Denmark Vesey 1767 - 1822
In 1822, Denmark Vesey claimed a place in history by organizing the first extensive slave revolt on American soil, in Charleston, South Carolina, in 1822. The plot was simple but daring: Seize the city; kill all who stood in the way; and, if necessary, escape to the Caribbean or Africa.
Denmark Vesey was born in 1767 to unknown parents possibly in the West Indies. In 1781, Captain Joseph Vesey, a slave agent, captured Denmark and brought him to San Domingo. Vesey's intelligence and appearance impressed the agent, but he sold him anyway. When young Denmark faked a seizure in the sugar fields, he was considered "unsound" and returned to Captain Vesey.
Denmark joined Vesey's stable of slaves first on slave-trading voyages to China and then in Charleston. He proved to be a diligent worker and mastered the carpentry trade. In 1800, when he was 33, Denmark won $1,500 in the lottery and used $600 of it to purchase his freedom. He earned his living as a carpenter and earned the respect of his peers as a lay reader in the newly-established African Methodist Episcopal Church.
Despite having won his freedom, Vesey bemoaned the plight of the slaves still in bondage. He became inspired by reports of Toussaint L'Ouverture's slave revolt in Haiti and pledged to lead a similar insurrection. Using the church as a base, he secretly organized, recruited and mobilized slaves in the Charleston area.
For the next five years, he planned the revolt, until he had organized 9,000-member army of slaves and freedmen, consisting of those within 100 miles of Charleston as well as a band of slaves from Thomas Island. An arsenal of weapons and vehicles had also been acquired to aid in the revolt.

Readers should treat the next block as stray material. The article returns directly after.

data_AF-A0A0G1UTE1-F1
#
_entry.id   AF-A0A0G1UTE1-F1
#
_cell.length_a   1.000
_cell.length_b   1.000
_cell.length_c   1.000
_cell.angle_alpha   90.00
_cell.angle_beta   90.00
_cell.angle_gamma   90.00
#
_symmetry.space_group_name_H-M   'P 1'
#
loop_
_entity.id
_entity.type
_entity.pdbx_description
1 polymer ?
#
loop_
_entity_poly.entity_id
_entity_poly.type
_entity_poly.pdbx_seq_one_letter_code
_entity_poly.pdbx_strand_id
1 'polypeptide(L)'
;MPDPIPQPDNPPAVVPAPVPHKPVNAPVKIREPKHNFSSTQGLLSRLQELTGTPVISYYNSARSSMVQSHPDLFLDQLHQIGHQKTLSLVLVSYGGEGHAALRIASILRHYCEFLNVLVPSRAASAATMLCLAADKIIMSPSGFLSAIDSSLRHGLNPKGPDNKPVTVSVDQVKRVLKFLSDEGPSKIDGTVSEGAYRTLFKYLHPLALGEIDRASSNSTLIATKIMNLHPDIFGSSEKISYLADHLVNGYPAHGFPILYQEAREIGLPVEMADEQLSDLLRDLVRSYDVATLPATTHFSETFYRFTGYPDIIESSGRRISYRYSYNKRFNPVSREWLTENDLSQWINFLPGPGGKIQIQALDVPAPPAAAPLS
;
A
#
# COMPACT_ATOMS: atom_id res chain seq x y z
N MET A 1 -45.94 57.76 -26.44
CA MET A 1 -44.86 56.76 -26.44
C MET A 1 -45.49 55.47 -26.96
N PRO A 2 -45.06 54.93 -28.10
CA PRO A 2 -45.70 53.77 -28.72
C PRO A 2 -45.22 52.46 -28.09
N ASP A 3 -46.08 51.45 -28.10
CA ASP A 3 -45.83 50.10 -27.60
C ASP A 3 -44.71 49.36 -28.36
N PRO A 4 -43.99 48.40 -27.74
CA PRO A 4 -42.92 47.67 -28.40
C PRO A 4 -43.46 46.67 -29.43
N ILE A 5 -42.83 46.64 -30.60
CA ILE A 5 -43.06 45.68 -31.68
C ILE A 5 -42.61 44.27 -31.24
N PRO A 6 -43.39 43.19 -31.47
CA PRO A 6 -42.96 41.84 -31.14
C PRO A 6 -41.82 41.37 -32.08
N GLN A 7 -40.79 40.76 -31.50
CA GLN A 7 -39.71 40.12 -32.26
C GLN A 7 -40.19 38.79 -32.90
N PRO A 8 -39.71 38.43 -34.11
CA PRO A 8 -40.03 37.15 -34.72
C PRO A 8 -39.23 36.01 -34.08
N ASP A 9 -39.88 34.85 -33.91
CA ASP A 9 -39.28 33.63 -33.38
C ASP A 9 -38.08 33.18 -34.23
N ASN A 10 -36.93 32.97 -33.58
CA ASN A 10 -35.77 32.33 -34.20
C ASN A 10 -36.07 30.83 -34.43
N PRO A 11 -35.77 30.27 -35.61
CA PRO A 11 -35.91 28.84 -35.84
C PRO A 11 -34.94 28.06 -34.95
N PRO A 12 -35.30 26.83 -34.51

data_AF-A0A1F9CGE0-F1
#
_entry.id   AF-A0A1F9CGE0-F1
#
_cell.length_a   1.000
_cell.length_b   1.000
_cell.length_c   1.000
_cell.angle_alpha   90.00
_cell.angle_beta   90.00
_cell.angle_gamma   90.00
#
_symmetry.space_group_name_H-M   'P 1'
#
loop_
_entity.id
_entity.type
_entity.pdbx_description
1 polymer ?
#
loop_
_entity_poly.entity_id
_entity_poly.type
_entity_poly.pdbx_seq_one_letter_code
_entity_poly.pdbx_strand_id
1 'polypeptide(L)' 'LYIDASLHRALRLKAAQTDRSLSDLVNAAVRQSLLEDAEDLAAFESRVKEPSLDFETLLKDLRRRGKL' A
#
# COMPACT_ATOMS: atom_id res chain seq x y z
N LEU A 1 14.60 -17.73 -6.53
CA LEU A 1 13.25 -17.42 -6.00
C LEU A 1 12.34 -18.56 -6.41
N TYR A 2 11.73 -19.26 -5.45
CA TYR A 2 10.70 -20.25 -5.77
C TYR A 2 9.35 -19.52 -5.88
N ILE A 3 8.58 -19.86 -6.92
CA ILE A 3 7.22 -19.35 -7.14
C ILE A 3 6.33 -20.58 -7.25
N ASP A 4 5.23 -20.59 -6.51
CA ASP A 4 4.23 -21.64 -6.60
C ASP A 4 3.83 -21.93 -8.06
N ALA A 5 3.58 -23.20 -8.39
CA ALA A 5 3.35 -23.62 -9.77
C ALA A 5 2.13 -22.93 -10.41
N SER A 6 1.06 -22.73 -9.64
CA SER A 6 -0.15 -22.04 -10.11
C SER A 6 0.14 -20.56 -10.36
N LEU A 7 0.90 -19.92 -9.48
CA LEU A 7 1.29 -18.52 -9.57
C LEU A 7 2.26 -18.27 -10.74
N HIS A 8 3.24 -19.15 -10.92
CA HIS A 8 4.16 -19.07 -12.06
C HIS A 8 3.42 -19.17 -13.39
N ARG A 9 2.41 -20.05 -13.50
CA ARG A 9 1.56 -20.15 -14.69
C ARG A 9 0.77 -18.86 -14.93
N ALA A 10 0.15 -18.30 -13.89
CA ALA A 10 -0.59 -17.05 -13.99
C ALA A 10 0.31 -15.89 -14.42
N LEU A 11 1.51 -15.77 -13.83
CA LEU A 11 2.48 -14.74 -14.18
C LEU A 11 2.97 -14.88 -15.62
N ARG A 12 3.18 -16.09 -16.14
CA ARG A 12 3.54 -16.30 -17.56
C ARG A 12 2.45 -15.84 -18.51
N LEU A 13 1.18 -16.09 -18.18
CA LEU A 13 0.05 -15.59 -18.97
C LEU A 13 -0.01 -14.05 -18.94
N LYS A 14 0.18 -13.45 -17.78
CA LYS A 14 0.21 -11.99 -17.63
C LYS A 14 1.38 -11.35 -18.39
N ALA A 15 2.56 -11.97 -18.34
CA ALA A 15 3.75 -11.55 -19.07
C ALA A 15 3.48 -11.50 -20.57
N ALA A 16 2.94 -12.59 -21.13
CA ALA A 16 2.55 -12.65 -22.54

At first, the date set to begin the insurrection was July 14, 1822, was a night with no moon, a vacation time for whites, and a Sunday when plantation hands would arouse no suspicion by being in the city. The insurrectionists were to seize all key places such as arsenals and bridges, and eventually make their escape to San Domingo, in the Dominican Republic.
The plot seemed fail-safe because the leaders had exercised extreme secrecy and had avoided interacting with "trusty" slaves who might leak plans to white slave masters. Despite the utmost care, the plot was uncovered by a slave who told his master. The date was moved up to June 16th. Again, the secrecy was betrayed. Seeing the carefully mapped out plan ruined, Vesey tried unsuccessfully to get the word to other units. But white authorities moved fast, arresting key plotters.
On June 22, Vesey was found at home of an ex wife and was arrested. He and others stood trial on June 23, 1822, and were hung July 2nd. Before the trials ended, a total of 35 were hanged; 38 were released for lack of evidence; 15 were acquitted; and 43 were sentenced to deportation. The informers were given their freedom and lifetime support.
Vesey became a symbol of martyrdom in the cause of liberty; for, as the chief judge said at Vesey's trial: "It is difficult to imagine what infatuation could have promoted you to attempt an enterprise so wild and visionary. You were a free man, were comparatively wealthy, and enjoyed every comfort... You had therefore, much to risk and little to gain."
Vesey's martyrdom has not faded in the many decades since 1822. History has judged him a brave and visionary black. Typical is the judgement of historian Sterling Stuckey: "Denmark Vesey did lead a conspiracy which must be regarded as one of the most courageous ever to threaten the racist foundation of America... He stands today, as he stood yesterday, as an awesome projection of the possibilities for militant action on the part of a people who have for centuries been made to bow down in fear.
Excerpt from A Salute To Historic Black Firsts
This is only a summary of the life of the Great Denmark Vesey.
Denmark Vesey - Mini Biography
Denmark Vesey - Audiopedia
Self Awareness Vehicle Who Are You